On PR and Pitching Bloggers

That guest post from Michael Martine on how to pitch bloggers was intended mostly as tongue in cheek, but it’s amazing how many emails I get about it! So I decided to give you some straight-up talk about really pitching bloggers. The first tip is; it’s not a with a standard press release! Really, do you think bloggers have time to wade through a press release? We get tons of ’em every day, why are we going to pick out yours as the one we read?  I hate to be cruel, but if I don’t know you and you don’t get me with the title I’m probably not going to even read the email past the first line. Surveys say you’ve got 6 seconds; make it good.

On the other hand, if I already know and respect you I’ll read it and I might pass it along to someone else or give you feedback if it’s not a good fit for me right now.

See the difference?

Find out who I am
What are my interests and what do I usually talk about? Read my bio (better yet, read my book!)

Read my blogs and see if they are a good fit for what you want to pitch. Did I just write a post about something similar? You might want to wait a while to pitch me again.

Reference a recent post or Tweet when you connect so I know you’re at least paying attention.

Don’t pitch–engage

  • Comment on my blog- and not as a sale pitch. Say something authentic and relevant. Add to the conversation and share it with your connections.
  • Follow me on Twitter and/or FriendFeed and support me by re-tweeting or commenting in a discussion there. Be a valuable member of my network.
  • Join a Linkedin group or forum that relates to your goals and engage in conversation there. If I’m a member, engage me through the network with a comment or a message about what we are discussing. Don’t pander. Have a point of view.
  • Email me with a question or information about something I’m discussing. (Not about you.)
  • Be interesting. Be somebody I want to know more about.
  • Once we have a relationship you could even call me, though honestly a good Twitter pitch is more likely to get through.

Finding the right bloggers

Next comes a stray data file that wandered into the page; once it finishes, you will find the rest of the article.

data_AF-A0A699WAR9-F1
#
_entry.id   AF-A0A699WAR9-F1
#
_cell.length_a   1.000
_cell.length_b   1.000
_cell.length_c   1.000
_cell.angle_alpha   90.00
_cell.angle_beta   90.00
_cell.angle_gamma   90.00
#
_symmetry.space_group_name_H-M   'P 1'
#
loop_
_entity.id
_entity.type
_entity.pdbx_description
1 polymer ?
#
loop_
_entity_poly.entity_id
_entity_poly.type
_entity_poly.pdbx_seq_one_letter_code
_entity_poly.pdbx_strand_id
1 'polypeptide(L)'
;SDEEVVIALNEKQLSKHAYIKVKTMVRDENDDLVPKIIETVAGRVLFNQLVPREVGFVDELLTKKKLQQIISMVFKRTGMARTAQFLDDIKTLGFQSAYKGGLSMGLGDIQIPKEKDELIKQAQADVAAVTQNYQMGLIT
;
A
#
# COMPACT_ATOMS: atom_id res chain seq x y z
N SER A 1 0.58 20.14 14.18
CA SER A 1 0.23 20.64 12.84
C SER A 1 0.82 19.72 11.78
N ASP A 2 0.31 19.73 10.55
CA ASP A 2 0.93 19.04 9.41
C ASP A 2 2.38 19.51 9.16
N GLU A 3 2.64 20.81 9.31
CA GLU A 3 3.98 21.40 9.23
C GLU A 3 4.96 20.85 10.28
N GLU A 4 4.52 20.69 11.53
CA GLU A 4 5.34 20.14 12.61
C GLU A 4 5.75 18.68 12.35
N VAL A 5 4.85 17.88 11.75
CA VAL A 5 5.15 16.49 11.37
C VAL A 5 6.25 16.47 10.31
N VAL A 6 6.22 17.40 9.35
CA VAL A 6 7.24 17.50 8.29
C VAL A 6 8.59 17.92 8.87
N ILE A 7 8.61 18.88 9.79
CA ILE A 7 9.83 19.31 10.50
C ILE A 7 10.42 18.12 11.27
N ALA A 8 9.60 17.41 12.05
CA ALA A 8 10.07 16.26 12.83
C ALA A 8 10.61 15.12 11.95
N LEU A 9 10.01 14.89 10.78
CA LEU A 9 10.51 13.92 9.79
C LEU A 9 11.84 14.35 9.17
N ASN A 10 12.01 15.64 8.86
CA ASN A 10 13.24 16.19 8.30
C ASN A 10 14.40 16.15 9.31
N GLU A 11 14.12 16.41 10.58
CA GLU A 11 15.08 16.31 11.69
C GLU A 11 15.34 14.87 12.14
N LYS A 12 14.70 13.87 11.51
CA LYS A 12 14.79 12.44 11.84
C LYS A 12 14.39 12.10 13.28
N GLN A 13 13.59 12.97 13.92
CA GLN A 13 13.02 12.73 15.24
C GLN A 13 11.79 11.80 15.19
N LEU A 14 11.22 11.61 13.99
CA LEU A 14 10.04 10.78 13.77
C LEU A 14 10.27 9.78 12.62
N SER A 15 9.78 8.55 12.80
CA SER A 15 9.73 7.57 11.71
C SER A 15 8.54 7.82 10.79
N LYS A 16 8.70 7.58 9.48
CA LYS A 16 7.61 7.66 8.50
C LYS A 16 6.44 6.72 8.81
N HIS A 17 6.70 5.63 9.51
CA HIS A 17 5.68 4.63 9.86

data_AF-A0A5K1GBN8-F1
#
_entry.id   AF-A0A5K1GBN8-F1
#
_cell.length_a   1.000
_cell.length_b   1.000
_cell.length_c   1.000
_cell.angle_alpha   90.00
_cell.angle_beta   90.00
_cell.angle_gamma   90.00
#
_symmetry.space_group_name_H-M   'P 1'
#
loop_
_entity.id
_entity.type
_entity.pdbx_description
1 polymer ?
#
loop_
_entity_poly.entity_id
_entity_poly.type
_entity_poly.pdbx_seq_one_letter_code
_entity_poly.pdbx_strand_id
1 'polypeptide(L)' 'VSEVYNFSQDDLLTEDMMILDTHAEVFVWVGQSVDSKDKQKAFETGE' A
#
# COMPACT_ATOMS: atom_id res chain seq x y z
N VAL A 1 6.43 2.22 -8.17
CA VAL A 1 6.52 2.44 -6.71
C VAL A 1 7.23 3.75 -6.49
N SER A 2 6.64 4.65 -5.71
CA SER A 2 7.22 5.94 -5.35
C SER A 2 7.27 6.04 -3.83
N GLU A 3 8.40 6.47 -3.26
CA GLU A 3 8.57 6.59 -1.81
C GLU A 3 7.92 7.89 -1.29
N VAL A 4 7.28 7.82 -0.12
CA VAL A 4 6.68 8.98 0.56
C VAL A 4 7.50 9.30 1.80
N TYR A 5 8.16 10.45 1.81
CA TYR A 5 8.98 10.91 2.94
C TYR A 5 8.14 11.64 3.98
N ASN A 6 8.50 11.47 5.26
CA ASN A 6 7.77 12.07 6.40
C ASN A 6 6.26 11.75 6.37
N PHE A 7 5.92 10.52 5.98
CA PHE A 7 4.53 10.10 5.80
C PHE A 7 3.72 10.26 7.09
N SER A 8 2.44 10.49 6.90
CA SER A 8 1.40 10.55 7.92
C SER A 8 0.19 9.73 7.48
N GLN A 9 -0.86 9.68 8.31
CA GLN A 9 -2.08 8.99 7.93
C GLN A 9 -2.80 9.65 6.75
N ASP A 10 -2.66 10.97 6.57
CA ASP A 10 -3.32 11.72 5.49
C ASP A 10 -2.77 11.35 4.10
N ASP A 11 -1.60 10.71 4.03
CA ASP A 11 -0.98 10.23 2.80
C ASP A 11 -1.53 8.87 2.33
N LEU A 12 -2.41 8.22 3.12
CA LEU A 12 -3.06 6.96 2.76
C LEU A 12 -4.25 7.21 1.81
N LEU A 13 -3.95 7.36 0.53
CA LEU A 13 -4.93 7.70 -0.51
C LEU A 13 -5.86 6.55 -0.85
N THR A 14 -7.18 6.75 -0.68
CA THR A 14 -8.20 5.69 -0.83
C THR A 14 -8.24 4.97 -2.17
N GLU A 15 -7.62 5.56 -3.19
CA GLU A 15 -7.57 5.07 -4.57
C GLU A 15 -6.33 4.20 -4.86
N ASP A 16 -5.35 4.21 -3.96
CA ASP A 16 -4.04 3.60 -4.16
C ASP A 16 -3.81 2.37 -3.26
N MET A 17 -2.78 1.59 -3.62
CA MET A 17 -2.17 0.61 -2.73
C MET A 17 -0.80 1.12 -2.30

It’s always a good idea to avoid broadcasting into the wind with social media and never more so than when you’re trying to attract people to write about you. So why not narrow your search with some good oldfangled sleuthing?

Do some searches and find out who is talking about your space. Are they on your side already or do they need education? Have they written something recently you can comment on or share with your network? Scan the sites like MyBlogLog and Google Blog Search to find bloggers interested in your area.

Is there a competing company or marketing agency that is well known in the space? Who are they talking to? If they sound open minded (read not paid) they may be interested in your product too. TALK to them before you pitch them.

What’s in it for us?
A stellar example of rousing a crowd to write for you is Blog Action Day. It’s basically a big pile of non-profit organizations banding together toward a common goal.

In 2009 it was climate change. They encouraged bloggers to write a post related to the cause and all on one day. In return the bloggers got exposure, an opportunity to voice their own message to a huge audience and even be featured on the partner sites and the Blog Action Day site. over 13,000 bloggers participated in 156 countries, viewed by over 18 million readers. Now that’s action! As a result all of these bloggers have pride in ownership of the event and are still blogging about the partner sites. Win-win all around.

Did I mention there were no tchotkes involved? Sure I’d love an Apple Tablet to test out and I promise I’ll blog it’s wonders to the heavens. I already know it’s going to be fab and I WANT one! On the other hand, a gift certificate to a Las Vegas buffet isn’t getting me to write about you at CES. Honestly, I’d rather read a good pitch from somebody I know than get a box of goodies in the mail anonymously. How many logo-emblazoned Slinkies does a girl really need anyway??

Bottom line? Just like in the “old days” of press relations, it’s the relationships that are carefully nurtured that will pay off the most. Possibly in ways you can’t forsee. Shortcuts may work on occasion, and you might get lucky with a blogger who needs a story right at the moment you send off a press release, but will they really put their heart into it? I don’t think so.